I think one of the rites of your mid-40s is assessing what you have accomplished relative to what your young self thought you were going to accomplish — and feeling blue about it.
I’ve been thinking a lot lately about my interchangeability. That is, the notion that in the vast majority of my own endeavors in life, I have been basically an interchangeable part in a larger system. This is in spite of being a pretty clever engineer, pretty good policy analyst, or even Really Smart Guy. I can’t really point to any professional situation where someone else, similarly trained and skilled, would not have performed the job more or less as I did. Or perhaps it’s just the nature of employment in our world that even if my particular combination of traits is uncommon, most jobs only require only a couple of them.
I’m not saying that we are not each unique, special snowflakes, but that in the vast majority of situations, that uniqueness just isn’t operational. Which is kind of a rough realization. It’s probably best for young folks to avoid realizing this as long as they can.
Of course, there are aspects of life in which even the least accomplished of us is not interchangeable. Obviously, the personal aspects come to mind. My spouse and kids would probably be nonplussed to wake up one day to find me replaced with someone who was “a lot like me.” Though maybe in a week, year, or decade they’d mostly get over it.
Some people transcend interchangeability. Artists and musicians create unique things that nobody else could possible have created. Sometimes scientists discover things that would otherwise have gone undiscovered for a long time. These are things whose profound singularness are easily recognizable, whether or not you know the creator herself. That’s pretty amazing if you think about it. Can anyone do this or is it just for rare talents?
Maybe, part of the secret to a happy second half of life is the acceptance of interchangeability. So what if I’m not leaving a unique mark on the world? Maybe it’s lifts a huge burden to accept that it’s more than enough that your family and friends love you (I have received reliable assurances that mine do) and that has nothing to do with your worldly accomplishments. Or, is that prematurely throwing in the towel on the world?
Or, maybe interchangeability — an assessment of value of self as perceived by the outside world — is a wholly inappropriate way to consider one’s own life. An alternative approach might be to totally disregard what the world “thinks” and just “be” whatever works for me. The world probably isn’t even real, anyway? Because of my non-liberal arts background, I wasn’t exposed to much philosophy in my education, but in high school I had a teacher who was really big into the existentialists. Didn’t really resonate for me then, but it’s starting to much more these days.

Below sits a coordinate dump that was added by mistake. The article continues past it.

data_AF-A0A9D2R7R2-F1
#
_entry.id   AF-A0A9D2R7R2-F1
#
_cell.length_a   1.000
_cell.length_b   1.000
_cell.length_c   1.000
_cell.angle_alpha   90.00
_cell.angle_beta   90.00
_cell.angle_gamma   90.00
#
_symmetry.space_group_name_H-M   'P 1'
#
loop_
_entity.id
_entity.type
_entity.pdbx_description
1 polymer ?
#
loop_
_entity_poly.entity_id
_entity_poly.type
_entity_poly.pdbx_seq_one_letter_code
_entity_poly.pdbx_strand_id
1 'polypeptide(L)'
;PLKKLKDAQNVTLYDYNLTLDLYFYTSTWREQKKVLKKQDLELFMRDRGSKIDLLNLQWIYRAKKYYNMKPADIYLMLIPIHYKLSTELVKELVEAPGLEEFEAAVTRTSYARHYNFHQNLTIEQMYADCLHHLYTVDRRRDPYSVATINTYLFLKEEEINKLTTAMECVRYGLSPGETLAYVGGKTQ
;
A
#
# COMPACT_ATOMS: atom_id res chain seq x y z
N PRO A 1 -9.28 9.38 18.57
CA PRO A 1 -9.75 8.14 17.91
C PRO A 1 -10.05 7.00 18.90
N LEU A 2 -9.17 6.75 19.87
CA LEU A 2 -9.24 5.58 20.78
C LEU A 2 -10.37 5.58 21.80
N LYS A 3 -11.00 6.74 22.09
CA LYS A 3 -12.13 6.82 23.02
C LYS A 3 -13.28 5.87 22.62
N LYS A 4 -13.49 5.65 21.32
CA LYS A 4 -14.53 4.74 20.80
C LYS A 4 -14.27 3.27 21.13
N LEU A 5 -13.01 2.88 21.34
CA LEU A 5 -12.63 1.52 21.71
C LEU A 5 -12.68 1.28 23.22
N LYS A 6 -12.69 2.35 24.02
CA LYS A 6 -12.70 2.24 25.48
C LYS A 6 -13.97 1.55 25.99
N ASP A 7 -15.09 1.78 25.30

2 thoughts on “Interchangeability”
For me the key lies in the WHERE the interchangeability occurs. You write “someone else, similarly trained and skilled, would not have performed THE JOB (caps by Lee) more or less as I did”. That’s likely true. But who bloody cares. It’s a job. It’s what you do to put provide for your family. Despite what my bosses’ bosses might think my life is not dedicated to building stockholder value, it’s what I do so that in what little time I have left over I can live my real life. It’s a time tax that must be paid (unless you win the birth or powerball lottery). So your premise _might_ be true (and I’ve seen your work. You, sir, are a special snowflake and not as replaceable as you think), but even if it is I contend that it doesn’t matter. And it shouldn’t. And I think your frame of reference as an engineer might skew your analysis. If you worked flipping burgers, or digging ditches, or driving a taxi, any other profession that, while honorable, doesn’t require uniqueness in the way engineering or policy analysis might you might reframe the argument – many (most?) people take that as a given and live perfectly happy lives. So go be happy!
Yes, you are right, my perspective is perhaps warped by my own ambition, which is at least in part a dynamic of my career and the rhetoric of creativity and world-changyness of Silicon Valley.
Many people, most, in fact, toil under no illusion that they are working to earn a living, no more, no less.